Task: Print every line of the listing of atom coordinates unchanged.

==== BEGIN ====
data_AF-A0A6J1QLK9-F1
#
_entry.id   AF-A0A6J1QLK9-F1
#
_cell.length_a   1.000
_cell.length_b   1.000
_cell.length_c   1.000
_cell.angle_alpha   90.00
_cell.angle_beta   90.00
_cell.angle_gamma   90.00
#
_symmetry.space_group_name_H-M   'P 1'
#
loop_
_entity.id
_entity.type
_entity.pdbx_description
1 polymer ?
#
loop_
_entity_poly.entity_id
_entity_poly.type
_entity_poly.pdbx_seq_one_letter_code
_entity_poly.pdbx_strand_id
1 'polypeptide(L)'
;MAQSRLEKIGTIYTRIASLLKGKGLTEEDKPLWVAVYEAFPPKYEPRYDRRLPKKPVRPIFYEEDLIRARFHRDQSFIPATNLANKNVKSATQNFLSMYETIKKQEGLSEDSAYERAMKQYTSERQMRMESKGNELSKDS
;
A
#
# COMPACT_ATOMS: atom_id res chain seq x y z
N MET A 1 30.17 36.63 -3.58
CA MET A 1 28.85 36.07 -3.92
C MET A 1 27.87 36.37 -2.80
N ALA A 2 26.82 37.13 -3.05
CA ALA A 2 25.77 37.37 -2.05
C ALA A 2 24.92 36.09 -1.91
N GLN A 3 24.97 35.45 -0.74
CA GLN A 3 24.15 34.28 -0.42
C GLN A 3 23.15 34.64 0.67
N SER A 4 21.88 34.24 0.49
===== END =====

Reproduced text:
data_AF-A0A6J1QLK9-F1
#
_entry.id   AF-A0A6J1QLK9-F1
#
_cell.length_a   1.000
_cell.length_b   1.000
_cell.length_c   1.000
_cell.angle_alpha   90.00
_cell.angle_beta   90.00
_cell.angle_gamma   90.00
#
_symmetry.space_group_name_H-M   'P 1'
#
loop_
_entity.id
_entity.type
_entity.pdbx_description
1 polymer ?
#
loop_
_entity_poly.entity_id
_entity_poly.type
_entity_poly.pdbx_seq_one_letter_code
_entity_poly.pdbx_strand_id
1 'polypeptide(L)'
;MAQSRLEKIGTIYTRIASLLKGKGLTEEDKPLWVAVYEAFPPKYEPRYDRRLPKKPVRPIFYEEDLIRARFHRDQSFIPATNLANKNVKSATQNFLSMYETIKKQEGLSEDSAYERAMKQYTSERQMRMESKGNELSKDS
;
A
#
# COMPACT_ATOMS: atom_id res chain seq x y z
N MET A 1 30.17 36.63 -3.58
CA MET A 1 28.85 36.07 -3.92
C MET A 1 27.87 36.37 -2.80
N ALA A 2 26.82 37.13 -3.05
CA ALA A 2 25.77 37.37 -2.05
C ALA A 2 24.92 36.09 -1.91
N GLN A 3 24.97 35.45 -0.74
CA GLN A 3 24.15 34.28 -0.42
C GLN A 3 23.15 34.64 0.67
N SER A 4 21.88 34.24 0.49